In his first public speech after he was named the RSS chief, Mohan Bhagwat said the RSS should evolve along modern lines. What does that mean?
Bhagwatji always says everything is changeable in the RSS except our core belief in the Hindutva ideology: that Hindustan is a Hindu rashtra [nation]. Contrary to what people think, we are not fixated on anything — not even on our uniform; even that will change whenever our cadres want. But our core ideology cannot change.
What are the key challenges before the RSS?
One of the challenges is that we are identified too closely with one political party, whereas the appeal of Hindutva cuts across all political parties. We took a major decision in 2005 — the Chitrakoot resolution — to completely abstain from electoral politics. Earlier, during elections, the RSS cadres would run parallel campaigns, such as the Jan Jagrans. Now, we want to promote the Hindu social agenda without being seen as an appendage of any political party. Our challenge is to maintain this fine balance between pursuing the Hindu agenda and keeping a distance from dayto- day politics.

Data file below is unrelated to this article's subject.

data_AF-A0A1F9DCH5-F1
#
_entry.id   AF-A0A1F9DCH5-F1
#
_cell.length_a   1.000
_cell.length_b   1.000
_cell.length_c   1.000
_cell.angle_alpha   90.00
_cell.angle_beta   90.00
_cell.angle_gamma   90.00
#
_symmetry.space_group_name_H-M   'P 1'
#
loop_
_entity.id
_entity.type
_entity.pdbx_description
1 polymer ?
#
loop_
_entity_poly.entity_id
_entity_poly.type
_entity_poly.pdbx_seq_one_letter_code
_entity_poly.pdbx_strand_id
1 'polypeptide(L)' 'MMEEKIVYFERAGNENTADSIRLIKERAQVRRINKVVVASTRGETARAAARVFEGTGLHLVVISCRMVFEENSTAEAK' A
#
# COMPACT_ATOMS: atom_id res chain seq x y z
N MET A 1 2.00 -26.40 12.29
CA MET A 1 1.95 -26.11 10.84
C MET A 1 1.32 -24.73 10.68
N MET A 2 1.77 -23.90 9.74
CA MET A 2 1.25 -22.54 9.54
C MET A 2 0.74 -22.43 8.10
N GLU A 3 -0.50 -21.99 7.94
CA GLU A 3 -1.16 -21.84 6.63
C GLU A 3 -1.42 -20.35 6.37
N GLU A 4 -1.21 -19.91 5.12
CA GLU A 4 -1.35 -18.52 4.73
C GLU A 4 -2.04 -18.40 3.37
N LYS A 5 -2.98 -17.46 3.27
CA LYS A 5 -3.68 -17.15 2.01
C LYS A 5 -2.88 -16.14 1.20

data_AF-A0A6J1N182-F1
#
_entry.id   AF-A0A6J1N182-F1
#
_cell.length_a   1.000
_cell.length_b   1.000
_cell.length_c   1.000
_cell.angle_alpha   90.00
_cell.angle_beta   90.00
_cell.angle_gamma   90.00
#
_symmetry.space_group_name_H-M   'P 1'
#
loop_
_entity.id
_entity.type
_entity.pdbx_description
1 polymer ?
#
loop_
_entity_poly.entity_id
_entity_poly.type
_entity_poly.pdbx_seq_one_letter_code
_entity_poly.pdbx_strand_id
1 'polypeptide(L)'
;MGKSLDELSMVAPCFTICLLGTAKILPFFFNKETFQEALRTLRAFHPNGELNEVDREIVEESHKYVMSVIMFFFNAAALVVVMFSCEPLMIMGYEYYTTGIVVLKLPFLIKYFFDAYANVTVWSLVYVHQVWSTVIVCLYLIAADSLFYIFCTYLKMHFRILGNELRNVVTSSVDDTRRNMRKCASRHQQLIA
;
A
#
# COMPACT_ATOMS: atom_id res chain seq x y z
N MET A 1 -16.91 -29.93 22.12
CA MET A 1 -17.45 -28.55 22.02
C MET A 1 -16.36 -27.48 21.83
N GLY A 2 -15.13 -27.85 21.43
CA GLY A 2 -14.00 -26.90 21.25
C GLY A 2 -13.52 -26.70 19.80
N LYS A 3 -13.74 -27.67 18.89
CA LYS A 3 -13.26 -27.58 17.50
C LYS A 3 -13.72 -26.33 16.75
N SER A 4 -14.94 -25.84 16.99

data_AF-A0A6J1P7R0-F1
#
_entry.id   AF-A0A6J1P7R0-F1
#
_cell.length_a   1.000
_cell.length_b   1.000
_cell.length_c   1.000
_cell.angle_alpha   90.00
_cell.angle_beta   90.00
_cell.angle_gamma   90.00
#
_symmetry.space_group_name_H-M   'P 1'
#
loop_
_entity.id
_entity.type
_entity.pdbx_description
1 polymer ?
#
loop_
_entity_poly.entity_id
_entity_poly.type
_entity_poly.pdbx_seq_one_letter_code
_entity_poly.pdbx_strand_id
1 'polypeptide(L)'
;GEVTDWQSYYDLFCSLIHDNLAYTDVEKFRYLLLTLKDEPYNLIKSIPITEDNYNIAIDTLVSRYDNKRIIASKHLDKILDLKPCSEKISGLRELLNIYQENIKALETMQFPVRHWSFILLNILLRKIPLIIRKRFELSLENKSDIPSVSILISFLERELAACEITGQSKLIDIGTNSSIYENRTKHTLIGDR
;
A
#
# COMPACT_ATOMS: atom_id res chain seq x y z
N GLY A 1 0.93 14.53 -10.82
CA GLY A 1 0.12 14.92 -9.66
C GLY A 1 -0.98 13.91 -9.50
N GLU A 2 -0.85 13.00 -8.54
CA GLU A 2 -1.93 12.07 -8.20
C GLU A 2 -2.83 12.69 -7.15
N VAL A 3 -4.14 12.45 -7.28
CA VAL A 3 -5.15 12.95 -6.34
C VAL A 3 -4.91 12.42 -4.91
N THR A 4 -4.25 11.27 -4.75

Bhagwat is said to support LK Advani but not BJP President Rajnath Singh.
This campaign that he is Advani’s man does not hold water. He is everybody’s man. He is the man of the organisation and the ideology that it represents.
The general impression always was that the RSS leads and the BJP follows. But now it is said that Bhagwat is a supporter of Advani’s.